Posted on July 26, 2015
Born on this date in 1956, Dorothy Hamill started skating at age 8. But it was a nice-and-slow start—just group lessons once a week. The kind of thing my kids did, too.
Soon Hamill started skating more seriously—you know, private lessons and getting up early for 4:30 a.m. ice time! Soon her father was paying about $20,000 per year for skates, lessons, costumes, and travel!
At age 12—just four years after she started skating!—Dorothy Hamill won the novice ladies' title at the U.S. Championships. She began to compete internationally.
And in 1976, at age 19, Dorothy Hamill won the World Championship AND the Olympic Gold Medal!
Here are some interesting things we can learn from Hamill's figure skating career:
- When she was just 17 years old, Hamill took the ice, ready to skate, and heard boos from the crowd. She was upset, left the ice, and burst into tears—but it turned out that the boos were directed at the judges, because the home crowd in Munich, Germany, was upset with the German skater's scores that had just gone up.
In other words, the boos were nothing to do with Hamill. The crowd settled down, she took the ice again, and she did great, winning a silver medal!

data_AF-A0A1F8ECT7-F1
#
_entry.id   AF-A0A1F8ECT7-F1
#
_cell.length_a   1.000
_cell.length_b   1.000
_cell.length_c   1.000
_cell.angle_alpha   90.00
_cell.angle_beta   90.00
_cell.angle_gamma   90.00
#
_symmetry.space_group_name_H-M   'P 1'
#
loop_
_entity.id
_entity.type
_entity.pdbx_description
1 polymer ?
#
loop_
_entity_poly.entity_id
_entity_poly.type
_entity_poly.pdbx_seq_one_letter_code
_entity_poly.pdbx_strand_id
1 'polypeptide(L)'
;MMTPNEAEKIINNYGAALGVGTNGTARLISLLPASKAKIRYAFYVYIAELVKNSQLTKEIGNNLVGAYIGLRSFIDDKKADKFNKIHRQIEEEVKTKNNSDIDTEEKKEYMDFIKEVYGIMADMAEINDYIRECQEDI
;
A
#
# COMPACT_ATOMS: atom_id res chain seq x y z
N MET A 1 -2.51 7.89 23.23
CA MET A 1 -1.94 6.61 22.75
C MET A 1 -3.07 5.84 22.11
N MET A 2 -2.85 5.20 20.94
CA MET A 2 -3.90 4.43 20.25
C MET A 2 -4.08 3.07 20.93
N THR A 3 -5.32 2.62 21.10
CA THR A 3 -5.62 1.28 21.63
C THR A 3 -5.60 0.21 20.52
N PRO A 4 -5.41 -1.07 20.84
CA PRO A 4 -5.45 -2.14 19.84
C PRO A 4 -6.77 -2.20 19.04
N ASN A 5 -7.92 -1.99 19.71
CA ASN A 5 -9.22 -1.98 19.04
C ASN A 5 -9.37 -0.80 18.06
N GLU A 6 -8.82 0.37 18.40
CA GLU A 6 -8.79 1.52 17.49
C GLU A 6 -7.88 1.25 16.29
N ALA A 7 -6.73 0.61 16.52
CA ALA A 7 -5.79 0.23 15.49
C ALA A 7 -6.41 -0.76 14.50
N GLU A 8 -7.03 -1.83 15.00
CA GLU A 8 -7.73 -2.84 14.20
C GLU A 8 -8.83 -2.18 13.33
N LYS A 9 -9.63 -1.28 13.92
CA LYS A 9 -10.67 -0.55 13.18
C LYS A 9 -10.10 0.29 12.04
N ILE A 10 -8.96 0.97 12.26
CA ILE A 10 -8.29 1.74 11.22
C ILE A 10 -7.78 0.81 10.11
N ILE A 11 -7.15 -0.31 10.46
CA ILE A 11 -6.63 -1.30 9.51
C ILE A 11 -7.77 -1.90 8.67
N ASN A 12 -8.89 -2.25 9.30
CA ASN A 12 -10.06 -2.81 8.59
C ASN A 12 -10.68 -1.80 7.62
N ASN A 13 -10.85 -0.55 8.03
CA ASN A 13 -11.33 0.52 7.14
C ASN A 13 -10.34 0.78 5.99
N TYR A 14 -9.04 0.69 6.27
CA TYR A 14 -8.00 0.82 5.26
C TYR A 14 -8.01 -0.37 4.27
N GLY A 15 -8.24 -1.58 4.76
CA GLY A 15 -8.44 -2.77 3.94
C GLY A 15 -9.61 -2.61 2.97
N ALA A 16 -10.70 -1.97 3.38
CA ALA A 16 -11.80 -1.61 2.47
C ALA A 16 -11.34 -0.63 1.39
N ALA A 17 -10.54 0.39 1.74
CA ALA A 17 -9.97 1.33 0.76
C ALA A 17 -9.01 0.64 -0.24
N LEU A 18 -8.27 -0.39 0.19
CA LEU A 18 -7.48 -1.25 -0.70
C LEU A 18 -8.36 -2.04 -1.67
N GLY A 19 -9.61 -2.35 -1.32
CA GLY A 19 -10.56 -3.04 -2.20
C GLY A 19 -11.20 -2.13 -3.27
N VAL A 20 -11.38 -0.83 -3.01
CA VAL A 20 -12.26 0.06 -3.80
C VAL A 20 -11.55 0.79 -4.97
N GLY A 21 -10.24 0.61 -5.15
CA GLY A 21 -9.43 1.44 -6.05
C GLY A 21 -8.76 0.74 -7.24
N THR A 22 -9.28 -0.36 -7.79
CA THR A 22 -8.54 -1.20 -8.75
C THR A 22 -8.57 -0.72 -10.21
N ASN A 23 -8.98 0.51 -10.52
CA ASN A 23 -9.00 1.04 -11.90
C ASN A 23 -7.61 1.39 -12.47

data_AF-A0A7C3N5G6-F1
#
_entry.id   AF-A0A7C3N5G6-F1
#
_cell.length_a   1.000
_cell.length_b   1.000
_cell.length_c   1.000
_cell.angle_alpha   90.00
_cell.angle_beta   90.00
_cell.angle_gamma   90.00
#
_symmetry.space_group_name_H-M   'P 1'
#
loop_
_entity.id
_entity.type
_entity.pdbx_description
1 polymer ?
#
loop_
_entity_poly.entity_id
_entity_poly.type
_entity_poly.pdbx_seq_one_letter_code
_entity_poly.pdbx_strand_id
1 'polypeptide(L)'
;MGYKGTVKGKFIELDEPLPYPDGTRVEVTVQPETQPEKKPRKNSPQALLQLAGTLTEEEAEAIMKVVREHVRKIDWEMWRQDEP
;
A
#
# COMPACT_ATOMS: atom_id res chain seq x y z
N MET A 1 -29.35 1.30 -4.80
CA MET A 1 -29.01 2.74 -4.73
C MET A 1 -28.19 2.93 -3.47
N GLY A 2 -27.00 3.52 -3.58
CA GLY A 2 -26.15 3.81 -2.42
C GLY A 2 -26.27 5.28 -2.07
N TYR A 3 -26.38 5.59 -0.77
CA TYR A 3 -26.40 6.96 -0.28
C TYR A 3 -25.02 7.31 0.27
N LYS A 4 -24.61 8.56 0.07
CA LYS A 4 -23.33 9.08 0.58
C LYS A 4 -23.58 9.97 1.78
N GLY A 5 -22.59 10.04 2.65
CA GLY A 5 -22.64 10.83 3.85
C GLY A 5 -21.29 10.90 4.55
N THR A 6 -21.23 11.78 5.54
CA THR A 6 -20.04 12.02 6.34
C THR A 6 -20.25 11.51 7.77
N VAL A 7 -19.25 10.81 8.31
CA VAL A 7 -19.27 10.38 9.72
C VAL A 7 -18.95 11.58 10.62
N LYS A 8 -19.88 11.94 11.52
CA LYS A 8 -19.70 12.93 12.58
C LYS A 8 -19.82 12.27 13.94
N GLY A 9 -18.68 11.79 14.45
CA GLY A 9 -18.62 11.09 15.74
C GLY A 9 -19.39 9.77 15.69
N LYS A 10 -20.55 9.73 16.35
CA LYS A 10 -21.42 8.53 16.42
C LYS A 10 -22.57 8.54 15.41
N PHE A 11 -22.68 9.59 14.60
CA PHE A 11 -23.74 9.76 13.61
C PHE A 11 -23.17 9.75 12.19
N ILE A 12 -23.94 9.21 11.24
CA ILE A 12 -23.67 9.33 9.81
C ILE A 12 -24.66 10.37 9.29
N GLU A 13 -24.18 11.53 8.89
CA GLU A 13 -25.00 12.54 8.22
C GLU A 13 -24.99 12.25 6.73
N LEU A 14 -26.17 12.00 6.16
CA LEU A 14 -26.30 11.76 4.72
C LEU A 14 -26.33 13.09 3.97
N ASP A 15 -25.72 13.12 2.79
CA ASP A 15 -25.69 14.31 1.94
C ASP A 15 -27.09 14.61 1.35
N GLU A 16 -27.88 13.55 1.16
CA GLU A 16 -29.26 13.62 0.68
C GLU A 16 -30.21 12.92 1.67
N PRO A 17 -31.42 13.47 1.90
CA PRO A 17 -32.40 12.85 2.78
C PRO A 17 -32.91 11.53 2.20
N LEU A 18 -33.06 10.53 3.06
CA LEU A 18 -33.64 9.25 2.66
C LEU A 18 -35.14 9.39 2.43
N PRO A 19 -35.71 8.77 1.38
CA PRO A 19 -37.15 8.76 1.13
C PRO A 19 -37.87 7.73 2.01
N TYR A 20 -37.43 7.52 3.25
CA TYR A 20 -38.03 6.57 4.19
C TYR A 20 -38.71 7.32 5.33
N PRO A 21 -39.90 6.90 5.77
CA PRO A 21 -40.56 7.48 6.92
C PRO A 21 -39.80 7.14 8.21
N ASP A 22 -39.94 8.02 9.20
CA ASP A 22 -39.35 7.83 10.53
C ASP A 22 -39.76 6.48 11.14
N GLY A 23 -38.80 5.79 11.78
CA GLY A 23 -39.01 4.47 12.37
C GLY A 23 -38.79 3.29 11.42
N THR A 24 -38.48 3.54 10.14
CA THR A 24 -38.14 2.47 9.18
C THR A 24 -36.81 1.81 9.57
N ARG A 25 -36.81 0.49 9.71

What we can learn: Sometimes, the negativity coming your way isn't REALLY coming your way. Check it out before reacting emotionally.
- When she was skating at the Olympics, Dorothy saw signs that said, “Which of the West? Dorothy!” She thought at first that the signs were comparing her to a witch, and she felt hurt. But actually, the signs were asking which of the “Western” skaters would beat Christine Errath for the Gold Medal – and their answer, Dorothy, was a sign of support.
Naturally, Hamill soon realized the intent, especially since the people with the signs were carrying American flags and whooping and applauding for her!
What we can learn: Spelling matters. Also, don't take offense too easily; sometimes the negativity coming your way is actually positivity!
- When Hamill was competing, figure skaters had to trace slow-and-careful figures in the ice (hence the term “figure” skaters). Hamill had pretty terrible eyesight, and her coach urged her to get the largest possible frames so she could actually see out of the corners when doing the figures.
After winning Gold, a trend for glasses with oversized frames started. Also, of course, her bobbed hairstyle was a huge fad. After all, Hamill was “America's sweetheart”!
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